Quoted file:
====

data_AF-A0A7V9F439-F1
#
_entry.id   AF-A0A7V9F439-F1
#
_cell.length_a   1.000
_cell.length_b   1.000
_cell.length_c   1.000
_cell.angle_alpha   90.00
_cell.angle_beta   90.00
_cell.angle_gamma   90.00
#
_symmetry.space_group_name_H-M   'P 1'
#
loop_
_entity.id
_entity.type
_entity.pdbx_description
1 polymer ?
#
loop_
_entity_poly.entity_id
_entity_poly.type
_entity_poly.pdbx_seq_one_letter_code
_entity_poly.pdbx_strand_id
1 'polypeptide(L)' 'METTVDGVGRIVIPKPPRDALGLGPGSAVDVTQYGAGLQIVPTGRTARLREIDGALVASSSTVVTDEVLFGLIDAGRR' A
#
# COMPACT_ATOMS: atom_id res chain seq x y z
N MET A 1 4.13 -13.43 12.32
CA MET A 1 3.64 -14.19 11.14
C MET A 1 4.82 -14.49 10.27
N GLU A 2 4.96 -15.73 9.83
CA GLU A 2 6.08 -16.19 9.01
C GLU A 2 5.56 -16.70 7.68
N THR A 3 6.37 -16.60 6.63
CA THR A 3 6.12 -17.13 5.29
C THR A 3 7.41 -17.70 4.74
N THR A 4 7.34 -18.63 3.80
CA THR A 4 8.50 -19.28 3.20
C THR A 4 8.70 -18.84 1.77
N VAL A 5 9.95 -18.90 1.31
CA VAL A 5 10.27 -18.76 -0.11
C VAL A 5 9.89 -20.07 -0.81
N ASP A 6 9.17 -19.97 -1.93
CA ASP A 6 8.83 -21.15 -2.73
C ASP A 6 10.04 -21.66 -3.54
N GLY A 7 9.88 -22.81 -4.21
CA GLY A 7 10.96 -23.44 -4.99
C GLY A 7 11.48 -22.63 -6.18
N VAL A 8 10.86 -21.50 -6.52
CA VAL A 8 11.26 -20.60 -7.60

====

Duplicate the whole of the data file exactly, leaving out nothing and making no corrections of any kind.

data_AF-A0A7V9F439-F1
#
_entry.id   AF-A0A7V9F439-F1
#
_cell.length_a   1.000
_cell.length_b   1.000
_cell.length_c   1.000
_cell.angle_alpha   90.00
_cell.angle_beta   90.00
_cell.angle_gamma   90.00
#
_symmetry.space_group_name_H-M   'P 1'
#
loop_
_entity.id
_entity.type
_entity.pdbx_description
1 polymer ?
#
loop_
_entity_poly.entity_id
_entity_poly.type
_entity_poly.pdbx_seq_one_letter_code
_entity_poly.pdbx_strand_id
1 'polypeptide(L)' 'METTVDGVGRIVIPKPPRDALGLGPGSAVDVTQYGAGLQIVPTGRTARLREIDGALVASSSTVVTDEVLFGLIDAGRR' A
#
# COMPACT_ATOMS: atom_id res chain seq x y z
N MET A 1 4.13 -13.43 12.32
CA MET A 1 3.64 -14.19 11.14
C MET A 1 4.82 -14.49 10.27
N GLU A 2 4.96 -15.73 9.83
CA GLU A 2 6.08 -16.19 9.01
C GLU A 2 5.56 -16.70 7.68
N THR A 3 6.37 -16.60 6.63
CA THR A 3 6.12 -17.13 5.29
C THR A 3 7.41 -17.70 4.74
N THR A 4 7.34 -18.63 3.80
CA THR A 4 8.50 -19.28 3.20
C THR A 4 8.70 -18.84 1.77
N VAL A 5 9.95 -18.90 1.31
CA VAL A 5 10.27 -18.76 -0.11
C VAL A 5 9.89 -20.07 -0.81
N ASP A 6 9.17 -19.97 -1.93
CA ASP A 6 8.83 -21.15 -2.73
C ASP A 6 10.04 -21.66 -3.54
N GLY A 7 9.88 -22.81 -4.21
CA GLY A 7 10.96 -23.44 -4.99
C GLY A 7 11.48 -22.63 -6.18
N VAL A 8 10.86 -21.50 -6.52
CA VAL A 8 11.26 -20.60 -7.60